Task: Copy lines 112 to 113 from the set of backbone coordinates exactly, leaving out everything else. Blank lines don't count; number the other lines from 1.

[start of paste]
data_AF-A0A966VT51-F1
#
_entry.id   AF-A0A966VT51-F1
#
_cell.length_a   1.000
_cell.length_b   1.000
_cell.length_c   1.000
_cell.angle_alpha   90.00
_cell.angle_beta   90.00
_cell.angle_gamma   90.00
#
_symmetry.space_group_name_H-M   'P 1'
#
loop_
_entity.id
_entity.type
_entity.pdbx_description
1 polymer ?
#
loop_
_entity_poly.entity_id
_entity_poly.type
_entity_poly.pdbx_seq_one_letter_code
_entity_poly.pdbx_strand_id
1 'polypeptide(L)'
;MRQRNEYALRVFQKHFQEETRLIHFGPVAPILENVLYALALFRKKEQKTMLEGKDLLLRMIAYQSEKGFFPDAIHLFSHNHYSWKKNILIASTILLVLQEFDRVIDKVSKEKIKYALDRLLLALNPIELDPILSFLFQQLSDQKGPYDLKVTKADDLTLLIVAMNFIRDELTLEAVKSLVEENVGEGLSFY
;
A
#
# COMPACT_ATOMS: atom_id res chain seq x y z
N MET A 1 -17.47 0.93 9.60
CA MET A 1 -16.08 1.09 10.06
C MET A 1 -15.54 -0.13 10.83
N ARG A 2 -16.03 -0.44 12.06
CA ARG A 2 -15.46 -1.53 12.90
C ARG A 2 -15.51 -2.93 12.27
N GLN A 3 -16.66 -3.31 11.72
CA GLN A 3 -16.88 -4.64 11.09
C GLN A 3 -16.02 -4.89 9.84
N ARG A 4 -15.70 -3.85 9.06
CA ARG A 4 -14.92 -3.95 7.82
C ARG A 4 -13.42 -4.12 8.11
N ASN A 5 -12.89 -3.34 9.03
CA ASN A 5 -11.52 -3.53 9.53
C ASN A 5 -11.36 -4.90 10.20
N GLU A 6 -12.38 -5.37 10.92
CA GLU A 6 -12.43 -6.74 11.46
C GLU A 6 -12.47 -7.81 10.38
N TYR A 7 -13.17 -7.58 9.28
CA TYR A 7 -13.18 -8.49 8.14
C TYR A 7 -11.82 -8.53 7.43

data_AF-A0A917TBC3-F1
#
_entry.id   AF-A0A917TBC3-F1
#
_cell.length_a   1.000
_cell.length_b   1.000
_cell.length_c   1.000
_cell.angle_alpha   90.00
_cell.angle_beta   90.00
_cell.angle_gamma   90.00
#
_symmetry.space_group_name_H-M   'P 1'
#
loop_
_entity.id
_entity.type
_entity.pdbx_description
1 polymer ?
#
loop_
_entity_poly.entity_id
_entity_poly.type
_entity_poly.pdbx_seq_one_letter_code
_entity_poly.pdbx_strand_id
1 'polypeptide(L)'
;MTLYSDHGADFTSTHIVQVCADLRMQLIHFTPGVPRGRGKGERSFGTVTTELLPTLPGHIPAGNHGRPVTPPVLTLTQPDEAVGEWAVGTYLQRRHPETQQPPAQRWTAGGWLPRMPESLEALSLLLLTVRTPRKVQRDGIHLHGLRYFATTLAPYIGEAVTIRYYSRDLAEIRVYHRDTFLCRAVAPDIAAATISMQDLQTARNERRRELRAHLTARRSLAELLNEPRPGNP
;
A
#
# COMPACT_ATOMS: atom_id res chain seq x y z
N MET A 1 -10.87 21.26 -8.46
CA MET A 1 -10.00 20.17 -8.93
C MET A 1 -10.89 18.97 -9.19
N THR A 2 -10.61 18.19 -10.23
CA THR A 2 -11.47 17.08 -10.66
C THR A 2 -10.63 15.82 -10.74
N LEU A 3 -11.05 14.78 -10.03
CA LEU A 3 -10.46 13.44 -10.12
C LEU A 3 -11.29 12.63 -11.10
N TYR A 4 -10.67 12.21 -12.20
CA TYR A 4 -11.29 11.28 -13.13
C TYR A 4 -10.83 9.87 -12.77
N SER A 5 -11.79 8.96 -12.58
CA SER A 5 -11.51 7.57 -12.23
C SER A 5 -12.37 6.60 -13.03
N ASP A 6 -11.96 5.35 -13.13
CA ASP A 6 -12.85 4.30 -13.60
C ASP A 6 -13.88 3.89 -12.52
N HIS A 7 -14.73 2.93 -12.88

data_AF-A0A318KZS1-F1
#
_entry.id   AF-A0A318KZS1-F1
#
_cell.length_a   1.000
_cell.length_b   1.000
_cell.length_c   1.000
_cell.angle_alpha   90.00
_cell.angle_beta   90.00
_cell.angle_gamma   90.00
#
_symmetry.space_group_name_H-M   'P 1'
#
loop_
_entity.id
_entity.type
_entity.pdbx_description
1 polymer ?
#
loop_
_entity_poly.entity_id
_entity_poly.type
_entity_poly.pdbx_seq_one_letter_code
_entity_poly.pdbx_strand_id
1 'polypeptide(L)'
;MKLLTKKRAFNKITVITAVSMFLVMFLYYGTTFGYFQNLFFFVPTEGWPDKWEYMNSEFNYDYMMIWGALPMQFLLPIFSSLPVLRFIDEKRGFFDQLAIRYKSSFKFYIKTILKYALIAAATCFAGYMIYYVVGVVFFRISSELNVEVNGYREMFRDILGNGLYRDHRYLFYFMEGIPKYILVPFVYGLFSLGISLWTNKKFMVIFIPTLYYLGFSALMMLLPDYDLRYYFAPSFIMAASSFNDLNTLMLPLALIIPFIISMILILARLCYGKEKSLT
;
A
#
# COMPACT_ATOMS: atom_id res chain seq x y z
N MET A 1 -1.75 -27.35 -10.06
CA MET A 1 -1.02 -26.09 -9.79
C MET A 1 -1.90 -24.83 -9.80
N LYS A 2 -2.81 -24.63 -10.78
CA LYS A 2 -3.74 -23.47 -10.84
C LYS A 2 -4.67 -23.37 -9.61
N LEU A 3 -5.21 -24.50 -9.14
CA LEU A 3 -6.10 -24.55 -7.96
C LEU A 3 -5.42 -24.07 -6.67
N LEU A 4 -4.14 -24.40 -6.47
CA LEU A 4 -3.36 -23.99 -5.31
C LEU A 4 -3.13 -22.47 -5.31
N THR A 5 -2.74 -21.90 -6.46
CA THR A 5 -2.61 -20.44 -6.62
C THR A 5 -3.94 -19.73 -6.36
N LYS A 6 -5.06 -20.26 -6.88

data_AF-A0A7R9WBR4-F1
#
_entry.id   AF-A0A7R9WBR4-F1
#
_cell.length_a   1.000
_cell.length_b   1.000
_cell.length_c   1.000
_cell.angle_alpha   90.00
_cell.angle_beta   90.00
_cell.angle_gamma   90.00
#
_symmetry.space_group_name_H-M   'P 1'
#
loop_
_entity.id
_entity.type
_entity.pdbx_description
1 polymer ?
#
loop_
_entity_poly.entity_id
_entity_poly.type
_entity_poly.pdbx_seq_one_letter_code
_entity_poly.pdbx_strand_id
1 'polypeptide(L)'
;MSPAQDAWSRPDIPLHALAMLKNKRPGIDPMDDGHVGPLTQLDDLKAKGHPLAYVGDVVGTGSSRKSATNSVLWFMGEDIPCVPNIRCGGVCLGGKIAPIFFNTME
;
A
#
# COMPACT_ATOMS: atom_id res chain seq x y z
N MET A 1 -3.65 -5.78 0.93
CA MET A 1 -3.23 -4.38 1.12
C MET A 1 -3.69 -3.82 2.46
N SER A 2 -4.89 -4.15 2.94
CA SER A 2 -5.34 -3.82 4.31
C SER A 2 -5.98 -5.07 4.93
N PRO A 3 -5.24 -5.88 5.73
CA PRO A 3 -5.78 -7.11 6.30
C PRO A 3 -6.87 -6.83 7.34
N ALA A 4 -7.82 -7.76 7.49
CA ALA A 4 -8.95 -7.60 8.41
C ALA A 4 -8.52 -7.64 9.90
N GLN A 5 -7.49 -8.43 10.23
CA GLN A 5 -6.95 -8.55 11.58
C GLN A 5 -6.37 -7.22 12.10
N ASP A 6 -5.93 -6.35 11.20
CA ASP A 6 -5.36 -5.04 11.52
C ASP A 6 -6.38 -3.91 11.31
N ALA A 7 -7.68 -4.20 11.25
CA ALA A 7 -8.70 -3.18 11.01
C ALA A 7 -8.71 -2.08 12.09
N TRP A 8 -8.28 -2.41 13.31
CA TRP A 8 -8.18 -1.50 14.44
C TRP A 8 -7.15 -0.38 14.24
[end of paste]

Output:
_symmetry.space_group_name_H-M   'P 1'
#